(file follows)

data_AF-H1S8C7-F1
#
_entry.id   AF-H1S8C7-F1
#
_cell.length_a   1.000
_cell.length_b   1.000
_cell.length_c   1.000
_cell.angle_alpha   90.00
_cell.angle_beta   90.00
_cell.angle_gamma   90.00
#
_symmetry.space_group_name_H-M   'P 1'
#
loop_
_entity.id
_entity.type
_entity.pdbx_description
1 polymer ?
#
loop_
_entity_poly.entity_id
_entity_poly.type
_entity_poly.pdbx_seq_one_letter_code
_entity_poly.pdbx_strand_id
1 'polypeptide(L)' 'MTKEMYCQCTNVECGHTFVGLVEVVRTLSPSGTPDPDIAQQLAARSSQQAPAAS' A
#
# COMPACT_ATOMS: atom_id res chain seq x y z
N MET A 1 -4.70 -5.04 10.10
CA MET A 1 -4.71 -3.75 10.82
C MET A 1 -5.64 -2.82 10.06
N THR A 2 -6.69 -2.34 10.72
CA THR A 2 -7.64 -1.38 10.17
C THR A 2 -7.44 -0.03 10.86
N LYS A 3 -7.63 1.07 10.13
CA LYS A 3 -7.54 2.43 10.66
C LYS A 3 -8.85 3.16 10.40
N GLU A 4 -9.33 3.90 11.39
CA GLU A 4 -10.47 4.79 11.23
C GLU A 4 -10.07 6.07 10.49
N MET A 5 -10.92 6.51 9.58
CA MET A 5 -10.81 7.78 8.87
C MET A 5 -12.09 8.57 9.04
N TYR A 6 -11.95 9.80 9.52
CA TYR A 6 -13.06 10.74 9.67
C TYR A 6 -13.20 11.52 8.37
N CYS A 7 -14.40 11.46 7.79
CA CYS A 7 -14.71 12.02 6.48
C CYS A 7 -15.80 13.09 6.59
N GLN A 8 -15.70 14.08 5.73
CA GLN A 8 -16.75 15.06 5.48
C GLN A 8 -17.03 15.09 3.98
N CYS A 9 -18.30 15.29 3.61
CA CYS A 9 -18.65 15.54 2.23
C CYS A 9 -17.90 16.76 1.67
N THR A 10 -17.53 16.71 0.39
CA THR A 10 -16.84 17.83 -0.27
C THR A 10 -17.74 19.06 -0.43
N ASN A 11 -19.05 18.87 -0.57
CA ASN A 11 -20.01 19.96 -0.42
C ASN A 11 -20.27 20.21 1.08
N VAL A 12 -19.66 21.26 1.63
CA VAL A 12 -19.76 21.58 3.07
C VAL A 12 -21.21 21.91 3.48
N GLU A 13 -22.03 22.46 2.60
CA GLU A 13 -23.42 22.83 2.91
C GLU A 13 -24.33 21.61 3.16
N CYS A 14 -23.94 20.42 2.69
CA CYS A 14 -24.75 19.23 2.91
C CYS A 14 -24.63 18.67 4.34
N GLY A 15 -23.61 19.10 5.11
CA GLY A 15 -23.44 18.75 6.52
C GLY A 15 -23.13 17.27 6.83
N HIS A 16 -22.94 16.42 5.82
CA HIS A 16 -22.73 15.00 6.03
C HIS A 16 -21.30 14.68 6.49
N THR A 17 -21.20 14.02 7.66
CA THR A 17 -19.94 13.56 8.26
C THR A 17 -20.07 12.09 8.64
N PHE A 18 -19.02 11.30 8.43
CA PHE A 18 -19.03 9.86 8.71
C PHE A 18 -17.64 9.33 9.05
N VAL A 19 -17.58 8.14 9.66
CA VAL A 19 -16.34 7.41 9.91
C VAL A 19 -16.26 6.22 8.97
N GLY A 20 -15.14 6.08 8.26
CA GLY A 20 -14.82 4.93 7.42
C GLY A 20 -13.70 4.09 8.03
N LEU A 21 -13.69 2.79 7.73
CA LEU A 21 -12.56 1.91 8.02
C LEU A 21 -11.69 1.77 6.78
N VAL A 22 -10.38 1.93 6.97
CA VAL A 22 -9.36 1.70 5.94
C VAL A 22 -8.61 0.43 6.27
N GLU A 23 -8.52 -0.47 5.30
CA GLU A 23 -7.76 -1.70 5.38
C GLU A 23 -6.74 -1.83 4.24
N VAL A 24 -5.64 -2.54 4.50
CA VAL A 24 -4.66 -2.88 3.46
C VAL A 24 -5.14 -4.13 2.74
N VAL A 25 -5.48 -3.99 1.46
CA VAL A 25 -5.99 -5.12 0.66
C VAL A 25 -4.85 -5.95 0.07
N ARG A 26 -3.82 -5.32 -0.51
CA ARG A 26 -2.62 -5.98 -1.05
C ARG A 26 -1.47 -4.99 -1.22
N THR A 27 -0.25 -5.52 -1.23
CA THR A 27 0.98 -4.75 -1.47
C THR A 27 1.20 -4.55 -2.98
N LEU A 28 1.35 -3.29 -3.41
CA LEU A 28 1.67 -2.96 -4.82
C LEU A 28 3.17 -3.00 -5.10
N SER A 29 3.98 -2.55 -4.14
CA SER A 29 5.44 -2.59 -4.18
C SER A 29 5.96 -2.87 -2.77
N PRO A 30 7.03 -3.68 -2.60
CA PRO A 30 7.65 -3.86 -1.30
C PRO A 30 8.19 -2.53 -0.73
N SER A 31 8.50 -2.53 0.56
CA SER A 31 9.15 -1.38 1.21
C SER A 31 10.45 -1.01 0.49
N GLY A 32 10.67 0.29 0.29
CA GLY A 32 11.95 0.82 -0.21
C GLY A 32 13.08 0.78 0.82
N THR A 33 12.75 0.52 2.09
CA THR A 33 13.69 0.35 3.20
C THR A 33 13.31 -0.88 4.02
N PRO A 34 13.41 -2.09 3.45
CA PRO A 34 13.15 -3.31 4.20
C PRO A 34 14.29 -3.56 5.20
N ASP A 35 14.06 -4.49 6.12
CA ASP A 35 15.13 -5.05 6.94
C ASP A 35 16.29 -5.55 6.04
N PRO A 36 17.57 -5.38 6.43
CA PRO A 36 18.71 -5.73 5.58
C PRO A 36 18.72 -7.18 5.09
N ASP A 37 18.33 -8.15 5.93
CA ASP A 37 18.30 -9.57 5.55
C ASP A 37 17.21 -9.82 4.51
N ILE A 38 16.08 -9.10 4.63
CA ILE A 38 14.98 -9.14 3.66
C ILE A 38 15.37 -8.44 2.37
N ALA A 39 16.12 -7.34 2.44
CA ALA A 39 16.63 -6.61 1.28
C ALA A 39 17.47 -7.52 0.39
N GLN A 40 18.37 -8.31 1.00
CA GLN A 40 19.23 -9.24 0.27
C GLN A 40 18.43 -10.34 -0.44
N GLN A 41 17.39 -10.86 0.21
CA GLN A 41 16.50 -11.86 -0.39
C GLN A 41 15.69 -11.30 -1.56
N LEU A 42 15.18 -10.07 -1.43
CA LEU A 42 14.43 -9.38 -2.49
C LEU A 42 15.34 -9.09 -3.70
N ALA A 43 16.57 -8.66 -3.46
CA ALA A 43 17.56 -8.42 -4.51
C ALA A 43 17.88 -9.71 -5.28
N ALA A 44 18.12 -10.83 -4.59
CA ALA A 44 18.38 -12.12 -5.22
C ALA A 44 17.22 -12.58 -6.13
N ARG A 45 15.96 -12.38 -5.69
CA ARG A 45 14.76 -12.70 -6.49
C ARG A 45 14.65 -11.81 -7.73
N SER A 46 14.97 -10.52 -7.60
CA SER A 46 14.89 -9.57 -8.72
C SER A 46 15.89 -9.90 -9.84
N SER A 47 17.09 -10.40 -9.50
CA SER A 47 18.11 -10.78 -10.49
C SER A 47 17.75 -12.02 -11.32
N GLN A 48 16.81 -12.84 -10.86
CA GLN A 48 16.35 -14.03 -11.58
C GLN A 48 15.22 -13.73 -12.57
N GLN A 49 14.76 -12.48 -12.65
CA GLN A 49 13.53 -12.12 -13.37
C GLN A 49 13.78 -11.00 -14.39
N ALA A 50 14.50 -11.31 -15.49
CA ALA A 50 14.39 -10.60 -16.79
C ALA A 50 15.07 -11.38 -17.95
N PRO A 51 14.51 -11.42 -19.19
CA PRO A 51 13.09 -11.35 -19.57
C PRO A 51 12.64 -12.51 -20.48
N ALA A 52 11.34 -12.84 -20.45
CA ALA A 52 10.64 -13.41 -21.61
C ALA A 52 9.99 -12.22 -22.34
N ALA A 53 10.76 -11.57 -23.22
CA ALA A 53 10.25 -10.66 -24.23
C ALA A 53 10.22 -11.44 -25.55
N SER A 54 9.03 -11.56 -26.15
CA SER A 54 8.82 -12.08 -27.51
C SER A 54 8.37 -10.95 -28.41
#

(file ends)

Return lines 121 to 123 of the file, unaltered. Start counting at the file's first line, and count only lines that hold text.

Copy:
N GLY A 32 10.67 0.29 0.29
CA GLY A 32 11.95 0.82 -0.21
C GLY A 32 13.08 0.78 0.82